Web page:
The South African Department of Basic Education has decided that the only Delphi and nothing else will be used to teach programming in our schools. Many of us became aware via Derek Keats’ blog post. On his blog, is a scanned copy of Circular 9/2013 which communicates this decision. Even the Digital Portfolio Committee of the Cape Chamber of Commerce has issued a statement on this matter and are convening a meeting on 16 October 2013 to address this.
That Delphi is old is irrelevant. For me, the issue is that Delphi is not current. Old and current is not the same. For example, Python is old. Python v1.0 was released in 1994, but it is still current. It is still under very active development and a popular choice for building software in today’s world. Delphi is old and has tried desperately to keep up with the times. Delphi is no longer current. Please do not bother pointing me to Embarcadero’s Delphi XE5. Do your own homework on its market share and developer mind share.
Currency makes the things that we wish to achieve today and tomorrow possible. Currency of software languages and tools instills wonder and amazement for the current generation and next. It was C that did it for me when I was starting out. That I could make LEDs flash sequentially when connected to a parallel printer port, left me breathless. Delphi excited some people in 1996. It excites nobody anymore. It has lost its currency decades ago. It no longer inspires people that imagine possibilities in the world of cloud, mobile, touch and the Internet of things.
Certainly, we can teach kids programming using Delphi and Pascal. We’ve taught programming with Pascal for years. And, yes, design is the hardest aspect of programming and we can argue that language is an implementation detail. This argument may stand up in the generality of teaching programming. But it falls flat when it comes to specifics of teaching programming in South Africa.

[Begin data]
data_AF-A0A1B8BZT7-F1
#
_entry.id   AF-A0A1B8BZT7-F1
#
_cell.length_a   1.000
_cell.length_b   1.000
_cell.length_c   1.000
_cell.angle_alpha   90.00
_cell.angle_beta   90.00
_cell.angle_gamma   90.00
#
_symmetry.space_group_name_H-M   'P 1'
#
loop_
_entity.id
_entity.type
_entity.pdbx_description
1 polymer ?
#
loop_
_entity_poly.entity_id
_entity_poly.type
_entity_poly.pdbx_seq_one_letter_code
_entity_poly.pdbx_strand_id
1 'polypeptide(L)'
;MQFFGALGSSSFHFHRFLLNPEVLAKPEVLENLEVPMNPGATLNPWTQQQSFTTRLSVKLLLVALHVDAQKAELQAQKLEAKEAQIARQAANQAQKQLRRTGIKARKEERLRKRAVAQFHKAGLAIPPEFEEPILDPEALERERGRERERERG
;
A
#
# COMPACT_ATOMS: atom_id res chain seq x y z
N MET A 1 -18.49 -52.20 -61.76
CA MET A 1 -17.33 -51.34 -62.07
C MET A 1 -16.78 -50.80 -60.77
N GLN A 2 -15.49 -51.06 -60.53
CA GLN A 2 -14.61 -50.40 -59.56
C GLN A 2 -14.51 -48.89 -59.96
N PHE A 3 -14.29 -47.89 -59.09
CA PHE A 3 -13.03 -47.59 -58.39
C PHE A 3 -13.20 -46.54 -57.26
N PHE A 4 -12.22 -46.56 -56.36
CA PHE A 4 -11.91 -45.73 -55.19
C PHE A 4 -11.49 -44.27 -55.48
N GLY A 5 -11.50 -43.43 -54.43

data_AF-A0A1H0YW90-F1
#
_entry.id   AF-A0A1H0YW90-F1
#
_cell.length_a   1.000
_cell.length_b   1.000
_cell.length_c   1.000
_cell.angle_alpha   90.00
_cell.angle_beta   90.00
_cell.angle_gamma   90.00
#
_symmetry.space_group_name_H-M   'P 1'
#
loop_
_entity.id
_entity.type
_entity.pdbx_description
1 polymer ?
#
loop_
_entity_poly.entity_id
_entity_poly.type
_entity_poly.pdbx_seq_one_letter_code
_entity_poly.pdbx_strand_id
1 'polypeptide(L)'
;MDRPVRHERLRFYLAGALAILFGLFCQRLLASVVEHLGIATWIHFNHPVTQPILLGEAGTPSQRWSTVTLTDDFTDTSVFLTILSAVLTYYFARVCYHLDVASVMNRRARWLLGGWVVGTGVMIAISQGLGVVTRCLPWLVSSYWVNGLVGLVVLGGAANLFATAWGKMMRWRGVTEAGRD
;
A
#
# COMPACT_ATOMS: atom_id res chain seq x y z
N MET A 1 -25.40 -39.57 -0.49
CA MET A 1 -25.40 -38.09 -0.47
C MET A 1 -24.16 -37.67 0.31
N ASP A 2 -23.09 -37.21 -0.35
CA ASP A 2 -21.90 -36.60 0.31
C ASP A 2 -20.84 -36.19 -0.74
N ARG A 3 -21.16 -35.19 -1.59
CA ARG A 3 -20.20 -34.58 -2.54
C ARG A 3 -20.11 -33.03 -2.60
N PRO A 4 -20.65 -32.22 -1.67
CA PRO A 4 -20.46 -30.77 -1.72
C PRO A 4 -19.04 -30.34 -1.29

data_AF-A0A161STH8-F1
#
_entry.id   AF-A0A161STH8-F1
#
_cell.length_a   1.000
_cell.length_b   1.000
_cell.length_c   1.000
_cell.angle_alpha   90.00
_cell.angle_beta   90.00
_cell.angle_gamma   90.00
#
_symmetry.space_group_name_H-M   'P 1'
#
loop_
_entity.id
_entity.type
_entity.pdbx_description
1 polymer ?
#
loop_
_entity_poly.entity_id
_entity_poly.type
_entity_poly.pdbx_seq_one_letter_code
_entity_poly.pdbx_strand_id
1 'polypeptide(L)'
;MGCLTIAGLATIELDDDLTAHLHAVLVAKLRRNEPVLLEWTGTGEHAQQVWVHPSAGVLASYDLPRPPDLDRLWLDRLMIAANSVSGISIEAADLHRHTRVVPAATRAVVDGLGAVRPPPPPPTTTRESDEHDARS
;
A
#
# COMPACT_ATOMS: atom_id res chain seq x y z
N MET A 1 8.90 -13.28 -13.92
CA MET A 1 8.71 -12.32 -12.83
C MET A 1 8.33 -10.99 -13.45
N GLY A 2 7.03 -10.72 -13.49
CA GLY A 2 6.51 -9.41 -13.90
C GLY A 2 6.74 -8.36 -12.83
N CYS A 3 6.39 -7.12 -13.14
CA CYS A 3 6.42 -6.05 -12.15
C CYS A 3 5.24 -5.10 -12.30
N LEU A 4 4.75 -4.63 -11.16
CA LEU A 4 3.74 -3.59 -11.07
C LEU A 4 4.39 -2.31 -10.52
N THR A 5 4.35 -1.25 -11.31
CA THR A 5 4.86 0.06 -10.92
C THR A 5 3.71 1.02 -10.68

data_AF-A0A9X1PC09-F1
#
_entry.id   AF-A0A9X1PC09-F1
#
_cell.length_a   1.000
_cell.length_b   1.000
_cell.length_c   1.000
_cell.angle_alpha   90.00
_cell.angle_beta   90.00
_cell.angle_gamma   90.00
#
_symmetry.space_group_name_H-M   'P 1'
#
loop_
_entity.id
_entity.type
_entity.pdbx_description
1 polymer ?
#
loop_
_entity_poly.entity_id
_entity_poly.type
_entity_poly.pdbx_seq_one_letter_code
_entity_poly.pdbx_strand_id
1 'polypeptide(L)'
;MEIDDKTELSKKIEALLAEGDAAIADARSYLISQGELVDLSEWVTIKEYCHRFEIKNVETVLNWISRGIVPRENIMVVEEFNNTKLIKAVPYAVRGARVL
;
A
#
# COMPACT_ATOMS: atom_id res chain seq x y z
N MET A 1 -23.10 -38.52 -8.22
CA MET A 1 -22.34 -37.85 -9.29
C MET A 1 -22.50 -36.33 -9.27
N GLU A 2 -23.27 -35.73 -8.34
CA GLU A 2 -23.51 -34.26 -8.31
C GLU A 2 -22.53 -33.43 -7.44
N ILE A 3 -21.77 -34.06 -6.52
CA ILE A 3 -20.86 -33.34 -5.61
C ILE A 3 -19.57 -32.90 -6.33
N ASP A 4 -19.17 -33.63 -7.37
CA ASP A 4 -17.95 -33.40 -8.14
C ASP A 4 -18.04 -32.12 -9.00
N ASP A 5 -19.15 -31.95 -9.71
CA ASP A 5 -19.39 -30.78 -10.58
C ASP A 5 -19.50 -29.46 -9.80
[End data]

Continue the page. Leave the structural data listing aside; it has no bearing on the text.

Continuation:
The reality is that South Africa does not have a significant software development sector. As one of the BRICS we have an expectation that our software development sector should be comparable, in relative size, with our “developing” sisters. Get real. We just don’t have enough developers in South Africa to build a significant software development sector. What we do have is a marginal sector where the majority seats are occupied by a minority group. I can only foresee a significant software development sector when the majority of seats are occupied by the majority group in South Africa. Let me cut through the euphemisms. The majority group are not white. The minority group is predominantly white. But this is not a race issue, it is much deeper than that.
We are in a software development crisis in South Africa. We do not have enough software developers. Forget talent, simply on quantity, the minority group cannot fix this situation. We need black software developers to fill the seats, first with numbers. The black talent drought is a different problem, but let’s just stop the black software developer drought. We need the numbers first. The majority of our kids go through state schools will be left uninspired by Delphi, and turn to other careers. Software development is not even close to being a common career option for all South African kids, and the Department slams the door shut.
Kids in private, independent and previously advantaged schools will be ok. I know this because my son attends a private, independent school. These kids will be inspired. They will feel that sense of wonder and will reach for a career in software development. And we will continue fooling ourselves building a software development sector with a minority group.
I wonder whether the Department of Basic Education knows that it is responsible for the under-development of South Africa. Yes, Mr. SG Padayachee, you and whoever is advising you are killing an entire generation of software developers. It is a genocide of software developers.